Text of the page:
“Ai, guapa, vamos!”
It loosely translates to “Hey good lookin’!” and it’s a phrase I became all too accustomed to hearing while in Spain. Whether walking to class, a nightclub, or even touring the cathedral. One of my friends found it truly offensive, retorting with, “en tus sueños,” accompanied by her manicured middle finger. As for me, I accepted the catcalls indifferently. Clearly, it was a cultural thing. Spanish men, the young, the old, and even the homeless, are notorious for whistling, staring and making a scene when a pretty lady comes walking by. Though I also realized that an American girl could be wearing a burlap sack and still receive the same response (us tall blondes are rare in that part of the world and never cease to fascinate). But these experiences got me thinking about catcalling in general—is it something that we as women should let bother us?
I must admit, it would occasionally get on my nerves and I’d sometimes feel harassed by all the attention. My friends and I would have conversations about how the extreme catcalling in this part of the world continued to objectify women, which is something I obviously don’t support. However, catcalling exists in most parts of the world, even the US, but my experience in Spain was what really brought it to my attention as a larger issue. This has been defined as “street harassment,” particularly by the people of StopStreetHarassment.org, and is defined as “unwanted comments, gestures, and actions forced on a stranger in a public place without their consent and is directed at them because of their actual or perceived sex, gender, gender expression, or sexual orientation.” So, this doesn’t pertain to only women, many homophobic comments fly around the streets towards men as well.
After some research, I found quite an interesting divide. On the one hand, there are those who believe that catcalling is a vile form of sexual harassment that women should never have to endure. Hollaback! released this video that went viral of a woman walking around New York City (in jeans and a T-shirt to make a point) and being catcalled constantly from men of all ethnic backgrounds. In the video, the woman was subject to whistling, mild cursing and even had creepy dudes follow her on the street. No one touched her, however. But such “street harassment” can involve groping, flashing and even public masturbation (which some of my friends experienced in Spain, unfortunately).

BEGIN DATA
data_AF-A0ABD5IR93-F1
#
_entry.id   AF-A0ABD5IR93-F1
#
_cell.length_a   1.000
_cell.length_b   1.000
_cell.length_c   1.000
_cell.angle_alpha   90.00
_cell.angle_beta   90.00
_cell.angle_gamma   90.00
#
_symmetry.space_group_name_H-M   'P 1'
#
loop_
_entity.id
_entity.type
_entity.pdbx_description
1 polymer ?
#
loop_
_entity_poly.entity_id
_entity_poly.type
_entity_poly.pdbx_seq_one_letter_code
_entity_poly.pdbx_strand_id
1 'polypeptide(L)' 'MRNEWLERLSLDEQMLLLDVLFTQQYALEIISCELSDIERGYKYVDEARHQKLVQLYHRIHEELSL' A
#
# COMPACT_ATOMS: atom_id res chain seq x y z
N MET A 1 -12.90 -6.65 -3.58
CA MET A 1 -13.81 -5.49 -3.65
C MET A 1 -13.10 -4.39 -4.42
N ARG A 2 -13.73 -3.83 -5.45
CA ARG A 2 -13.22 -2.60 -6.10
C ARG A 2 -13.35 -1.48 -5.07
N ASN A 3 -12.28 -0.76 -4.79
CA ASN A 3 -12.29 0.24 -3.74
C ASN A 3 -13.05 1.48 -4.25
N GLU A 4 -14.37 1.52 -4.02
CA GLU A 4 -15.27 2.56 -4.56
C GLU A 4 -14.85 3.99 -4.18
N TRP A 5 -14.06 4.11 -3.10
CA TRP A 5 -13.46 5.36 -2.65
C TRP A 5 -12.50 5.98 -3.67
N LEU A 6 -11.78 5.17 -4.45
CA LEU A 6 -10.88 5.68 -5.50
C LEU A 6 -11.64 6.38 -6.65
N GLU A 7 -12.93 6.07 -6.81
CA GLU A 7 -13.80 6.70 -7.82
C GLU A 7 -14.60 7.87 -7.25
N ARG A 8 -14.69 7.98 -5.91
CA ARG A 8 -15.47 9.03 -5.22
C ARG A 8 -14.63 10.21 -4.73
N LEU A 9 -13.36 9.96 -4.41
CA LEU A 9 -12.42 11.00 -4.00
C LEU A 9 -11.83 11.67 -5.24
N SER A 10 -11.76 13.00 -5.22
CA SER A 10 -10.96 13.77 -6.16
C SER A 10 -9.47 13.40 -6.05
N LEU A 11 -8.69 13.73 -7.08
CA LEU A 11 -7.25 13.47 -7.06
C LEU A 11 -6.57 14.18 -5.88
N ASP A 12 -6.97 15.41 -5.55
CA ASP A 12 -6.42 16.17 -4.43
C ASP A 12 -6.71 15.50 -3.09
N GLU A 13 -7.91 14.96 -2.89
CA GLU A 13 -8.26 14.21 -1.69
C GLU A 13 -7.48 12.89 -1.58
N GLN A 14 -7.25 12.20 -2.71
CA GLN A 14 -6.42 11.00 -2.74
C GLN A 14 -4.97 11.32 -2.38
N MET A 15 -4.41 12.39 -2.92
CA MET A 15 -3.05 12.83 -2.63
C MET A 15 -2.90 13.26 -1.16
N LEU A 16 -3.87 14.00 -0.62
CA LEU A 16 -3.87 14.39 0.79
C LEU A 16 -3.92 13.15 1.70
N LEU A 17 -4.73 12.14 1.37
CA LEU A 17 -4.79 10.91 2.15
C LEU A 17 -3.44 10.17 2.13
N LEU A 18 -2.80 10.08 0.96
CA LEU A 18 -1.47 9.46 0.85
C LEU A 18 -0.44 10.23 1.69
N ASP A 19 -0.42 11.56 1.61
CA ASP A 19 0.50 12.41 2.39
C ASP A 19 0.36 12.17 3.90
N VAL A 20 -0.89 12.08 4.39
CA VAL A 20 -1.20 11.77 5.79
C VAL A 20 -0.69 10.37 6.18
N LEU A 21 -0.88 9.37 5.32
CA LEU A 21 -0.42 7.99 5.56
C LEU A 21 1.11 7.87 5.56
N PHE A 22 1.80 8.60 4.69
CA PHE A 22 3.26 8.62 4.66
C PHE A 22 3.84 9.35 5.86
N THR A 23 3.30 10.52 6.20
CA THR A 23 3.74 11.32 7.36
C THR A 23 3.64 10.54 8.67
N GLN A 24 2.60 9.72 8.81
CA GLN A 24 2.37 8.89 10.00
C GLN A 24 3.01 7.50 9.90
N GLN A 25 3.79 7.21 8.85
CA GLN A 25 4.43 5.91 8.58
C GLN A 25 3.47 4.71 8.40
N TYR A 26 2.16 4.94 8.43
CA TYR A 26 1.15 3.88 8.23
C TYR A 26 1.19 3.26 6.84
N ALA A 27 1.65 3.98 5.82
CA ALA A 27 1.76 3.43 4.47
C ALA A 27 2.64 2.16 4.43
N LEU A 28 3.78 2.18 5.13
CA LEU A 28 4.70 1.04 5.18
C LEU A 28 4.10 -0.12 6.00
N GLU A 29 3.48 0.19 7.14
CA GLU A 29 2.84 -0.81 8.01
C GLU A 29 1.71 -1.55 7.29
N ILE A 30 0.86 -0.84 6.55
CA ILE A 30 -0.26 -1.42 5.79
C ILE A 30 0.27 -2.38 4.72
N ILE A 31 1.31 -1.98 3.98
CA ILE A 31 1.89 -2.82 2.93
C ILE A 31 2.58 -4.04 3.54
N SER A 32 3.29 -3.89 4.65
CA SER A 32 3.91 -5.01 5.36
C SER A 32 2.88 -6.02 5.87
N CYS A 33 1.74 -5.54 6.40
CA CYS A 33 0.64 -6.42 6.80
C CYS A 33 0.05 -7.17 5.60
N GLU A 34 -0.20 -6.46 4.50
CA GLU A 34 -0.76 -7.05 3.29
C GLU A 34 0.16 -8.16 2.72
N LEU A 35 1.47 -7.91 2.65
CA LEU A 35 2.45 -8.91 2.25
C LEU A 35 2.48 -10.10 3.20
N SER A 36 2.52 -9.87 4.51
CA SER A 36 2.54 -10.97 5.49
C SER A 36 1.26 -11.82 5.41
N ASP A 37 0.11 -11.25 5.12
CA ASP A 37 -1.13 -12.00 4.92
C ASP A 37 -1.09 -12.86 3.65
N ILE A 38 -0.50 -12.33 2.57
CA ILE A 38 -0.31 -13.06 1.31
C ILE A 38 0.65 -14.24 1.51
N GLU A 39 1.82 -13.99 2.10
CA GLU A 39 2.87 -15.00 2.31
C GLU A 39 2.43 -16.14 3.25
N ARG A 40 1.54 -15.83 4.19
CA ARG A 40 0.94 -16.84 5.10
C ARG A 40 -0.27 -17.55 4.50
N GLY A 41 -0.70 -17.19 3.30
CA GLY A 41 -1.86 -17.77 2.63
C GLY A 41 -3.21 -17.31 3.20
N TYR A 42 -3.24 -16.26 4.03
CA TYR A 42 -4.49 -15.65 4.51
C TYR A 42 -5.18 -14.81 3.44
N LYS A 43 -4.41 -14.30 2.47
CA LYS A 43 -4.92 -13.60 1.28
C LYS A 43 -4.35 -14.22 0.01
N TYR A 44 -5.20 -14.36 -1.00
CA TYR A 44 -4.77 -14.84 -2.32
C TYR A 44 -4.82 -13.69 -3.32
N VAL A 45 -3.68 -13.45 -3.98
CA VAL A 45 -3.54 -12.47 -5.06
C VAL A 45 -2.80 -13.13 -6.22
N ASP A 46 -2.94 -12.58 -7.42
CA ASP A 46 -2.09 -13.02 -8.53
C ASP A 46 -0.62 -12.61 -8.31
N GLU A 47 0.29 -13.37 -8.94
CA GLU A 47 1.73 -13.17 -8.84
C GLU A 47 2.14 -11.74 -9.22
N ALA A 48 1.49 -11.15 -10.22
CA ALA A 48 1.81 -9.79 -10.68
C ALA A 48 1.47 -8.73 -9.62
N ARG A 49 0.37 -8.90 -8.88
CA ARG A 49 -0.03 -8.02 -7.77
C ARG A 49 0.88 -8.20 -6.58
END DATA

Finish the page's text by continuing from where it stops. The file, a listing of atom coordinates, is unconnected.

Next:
In fact, cat calling is illegal in numerous states. New York outlaws people from making irritating comments and obscene gestures. In D.C., it’s illegal to engage in foul language or behavior that obstructs a person’s path through public spaces. Following people is also against the law in Arkansas, Colorado, Georgia, Kentucky, Pennsylvania and Minnesota. While this seems reassuring to most women, rendering catcalling illegal actually does more harm than good, according to an article in The Atlantic. To criminalize this behavior, the writer says, would violate the First Amendment and even end up punishing more people than just the catcallers, simply because unwanted interactions are frequent in a large city.
Interestingly enough, some women enjoy the attention brought on by catcallers. Paris Lees wrote an article for Vice, “I Love Wolf Whistles and Catcalls; Am I a Bad Feminist?”, that discusses catcalling as harassment and whether it’s okay for women to enjoy the attention. Lee gave a brief account of her time spent in Ibiza, Spain and the times she was sexually objectified and didn’t hate it one bit. Another woman she spoke to about the subject told her, “If I’m sashaying down the street and tossing a head of freshly washed hair like I think I’m Beyoncé, I find a catcall rather appreciative.” Even Amy Schumer on Live at the Apollo mentioned how she enjoys walking by construction sites and hearing men jeer and whistle.
I’m not one to say that I particularly enjoy the catcalls, but as a woman it’s interesting to see how divisive the subject matter is. Some women feel so strongly against it while others find it appealing. It’s difficult to maintain a united front against catcalling while many women enjoy the attention. Honestly, I did feel like hot stuff strutting up and down the streets of Sevilla in a new dress and watching men’s jaws drop. Guapa, indeed.
Cover image courtesy of Shutterstock.